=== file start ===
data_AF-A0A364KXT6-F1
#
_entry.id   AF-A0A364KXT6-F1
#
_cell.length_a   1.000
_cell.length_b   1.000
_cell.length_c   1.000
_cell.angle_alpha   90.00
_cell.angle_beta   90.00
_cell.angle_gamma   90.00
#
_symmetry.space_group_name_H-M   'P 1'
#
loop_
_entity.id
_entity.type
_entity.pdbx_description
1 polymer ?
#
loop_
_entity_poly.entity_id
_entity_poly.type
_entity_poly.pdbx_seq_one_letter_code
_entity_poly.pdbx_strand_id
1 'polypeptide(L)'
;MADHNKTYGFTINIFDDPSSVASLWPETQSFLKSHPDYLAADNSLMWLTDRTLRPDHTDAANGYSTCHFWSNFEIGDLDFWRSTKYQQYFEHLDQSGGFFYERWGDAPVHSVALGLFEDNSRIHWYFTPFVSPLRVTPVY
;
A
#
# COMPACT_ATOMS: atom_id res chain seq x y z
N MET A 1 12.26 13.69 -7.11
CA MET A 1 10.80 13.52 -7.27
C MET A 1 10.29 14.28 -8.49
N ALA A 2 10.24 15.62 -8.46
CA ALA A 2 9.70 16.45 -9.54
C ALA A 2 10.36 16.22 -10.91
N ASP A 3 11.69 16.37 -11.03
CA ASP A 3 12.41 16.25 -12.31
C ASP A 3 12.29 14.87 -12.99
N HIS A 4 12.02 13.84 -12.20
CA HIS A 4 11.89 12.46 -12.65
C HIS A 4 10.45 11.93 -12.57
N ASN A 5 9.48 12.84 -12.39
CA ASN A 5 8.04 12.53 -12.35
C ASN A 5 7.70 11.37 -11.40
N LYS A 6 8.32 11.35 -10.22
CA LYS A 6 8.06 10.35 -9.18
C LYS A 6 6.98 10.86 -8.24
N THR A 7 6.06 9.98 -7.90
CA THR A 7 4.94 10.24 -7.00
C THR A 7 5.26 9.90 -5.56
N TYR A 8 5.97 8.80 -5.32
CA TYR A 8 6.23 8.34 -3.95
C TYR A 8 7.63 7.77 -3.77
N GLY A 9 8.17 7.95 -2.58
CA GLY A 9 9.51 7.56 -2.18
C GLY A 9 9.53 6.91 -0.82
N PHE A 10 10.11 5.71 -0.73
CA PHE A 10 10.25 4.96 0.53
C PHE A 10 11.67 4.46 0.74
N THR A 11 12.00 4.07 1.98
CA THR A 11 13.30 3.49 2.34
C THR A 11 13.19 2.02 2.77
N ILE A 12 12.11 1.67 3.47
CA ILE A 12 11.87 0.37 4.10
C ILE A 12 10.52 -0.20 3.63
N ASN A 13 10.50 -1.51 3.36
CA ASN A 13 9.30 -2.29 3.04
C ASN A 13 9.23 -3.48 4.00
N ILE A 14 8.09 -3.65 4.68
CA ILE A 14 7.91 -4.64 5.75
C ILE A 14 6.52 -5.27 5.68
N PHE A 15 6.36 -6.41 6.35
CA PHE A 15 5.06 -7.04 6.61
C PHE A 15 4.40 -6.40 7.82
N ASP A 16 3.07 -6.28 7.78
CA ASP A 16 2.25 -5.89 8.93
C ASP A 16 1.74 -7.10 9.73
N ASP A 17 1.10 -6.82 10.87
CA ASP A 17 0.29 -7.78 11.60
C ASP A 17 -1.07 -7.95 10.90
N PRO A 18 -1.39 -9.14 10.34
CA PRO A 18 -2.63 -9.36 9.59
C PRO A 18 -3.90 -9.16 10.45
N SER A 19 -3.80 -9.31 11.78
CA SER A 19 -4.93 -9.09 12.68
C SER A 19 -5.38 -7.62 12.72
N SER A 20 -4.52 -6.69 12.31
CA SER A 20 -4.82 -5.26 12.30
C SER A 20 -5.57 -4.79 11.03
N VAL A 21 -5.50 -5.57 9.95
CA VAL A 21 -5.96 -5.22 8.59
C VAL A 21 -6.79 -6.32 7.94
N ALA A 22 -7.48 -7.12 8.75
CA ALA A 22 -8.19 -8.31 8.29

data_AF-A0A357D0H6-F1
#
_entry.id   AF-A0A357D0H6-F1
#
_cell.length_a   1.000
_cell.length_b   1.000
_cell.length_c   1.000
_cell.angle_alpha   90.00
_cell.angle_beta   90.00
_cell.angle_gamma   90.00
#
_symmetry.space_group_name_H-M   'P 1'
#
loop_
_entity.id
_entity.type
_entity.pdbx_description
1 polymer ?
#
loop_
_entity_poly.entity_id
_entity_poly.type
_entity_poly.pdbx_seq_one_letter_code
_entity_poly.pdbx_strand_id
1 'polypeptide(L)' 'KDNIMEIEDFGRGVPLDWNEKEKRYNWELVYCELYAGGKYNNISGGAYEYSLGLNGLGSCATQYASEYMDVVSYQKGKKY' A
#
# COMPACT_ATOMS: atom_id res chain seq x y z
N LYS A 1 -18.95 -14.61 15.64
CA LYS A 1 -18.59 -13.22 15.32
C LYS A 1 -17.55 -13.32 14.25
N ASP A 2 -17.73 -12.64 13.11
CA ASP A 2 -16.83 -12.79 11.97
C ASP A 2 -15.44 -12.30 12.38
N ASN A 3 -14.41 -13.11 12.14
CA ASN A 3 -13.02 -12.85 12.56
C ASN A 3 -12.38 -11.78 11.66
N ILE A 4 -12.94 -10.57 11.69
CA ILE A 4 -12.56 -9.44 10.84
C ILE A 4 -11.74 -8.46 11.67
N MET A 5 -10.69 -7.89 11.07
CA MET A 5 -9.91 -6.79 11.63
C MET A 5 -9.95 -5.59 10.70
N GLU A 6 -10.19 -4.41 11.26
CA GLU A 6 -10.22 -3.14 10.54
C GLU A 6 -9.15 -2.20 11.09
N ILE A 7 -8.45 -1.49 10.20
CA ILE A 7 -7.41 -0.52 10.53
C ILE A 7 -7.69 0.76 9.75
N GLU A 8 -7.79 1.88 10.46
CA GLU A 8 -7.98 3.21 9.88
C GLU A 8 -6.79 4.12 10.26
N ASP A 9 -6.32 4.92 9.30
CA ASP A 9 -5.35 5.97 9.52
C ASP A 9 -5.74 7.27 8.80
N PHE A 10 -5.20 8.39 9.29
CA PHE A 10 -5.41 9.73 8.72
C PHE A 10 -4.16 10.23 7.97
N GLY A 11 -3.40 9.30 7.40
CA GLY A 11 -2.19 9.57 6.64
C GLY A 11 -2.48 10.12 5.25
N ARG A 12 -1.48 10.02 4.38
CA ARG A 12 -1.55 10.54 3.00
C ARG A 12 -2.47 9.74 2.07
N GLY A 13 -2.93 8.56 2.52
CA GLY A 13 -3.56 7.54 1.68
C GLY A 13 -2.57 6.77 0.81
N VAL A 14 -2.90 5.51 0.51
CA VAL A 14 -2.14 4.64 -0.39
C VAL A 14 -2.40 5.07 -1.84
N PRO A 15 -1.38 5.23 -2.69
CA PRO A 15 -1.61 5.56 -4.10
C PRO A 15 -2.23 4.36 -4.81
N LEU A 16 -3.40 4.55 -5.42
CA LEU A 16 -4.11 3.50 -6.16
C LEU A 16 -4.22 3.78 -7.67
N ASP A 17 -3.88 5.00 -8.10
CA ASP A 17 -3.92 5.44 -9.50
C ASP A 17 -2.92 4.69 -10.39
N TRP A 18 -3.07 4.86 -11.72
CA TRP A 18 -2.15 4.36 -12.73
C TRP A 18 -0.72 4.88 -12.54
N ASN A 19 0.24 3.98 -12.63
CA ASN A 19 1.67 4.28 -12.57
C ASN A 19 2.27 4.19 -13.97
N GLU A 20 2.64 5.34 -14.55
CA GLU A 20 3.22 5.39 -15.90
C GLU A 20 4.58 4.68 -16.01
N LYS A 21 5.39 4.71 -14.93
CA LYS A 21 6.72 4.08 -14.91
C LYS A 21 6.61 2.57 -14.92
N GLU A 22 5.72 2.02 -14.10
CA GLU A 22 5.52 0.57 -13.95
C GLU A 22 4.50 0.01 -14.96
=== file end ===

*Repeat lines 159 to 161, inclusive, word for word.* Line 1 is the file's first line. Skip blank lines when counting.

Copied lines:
N GLY A 13 -2.93 8.56 2.52
CA GLY A 13 -3.56 7.54 1.68
C GLY A 13 -2.57 6.77 0.81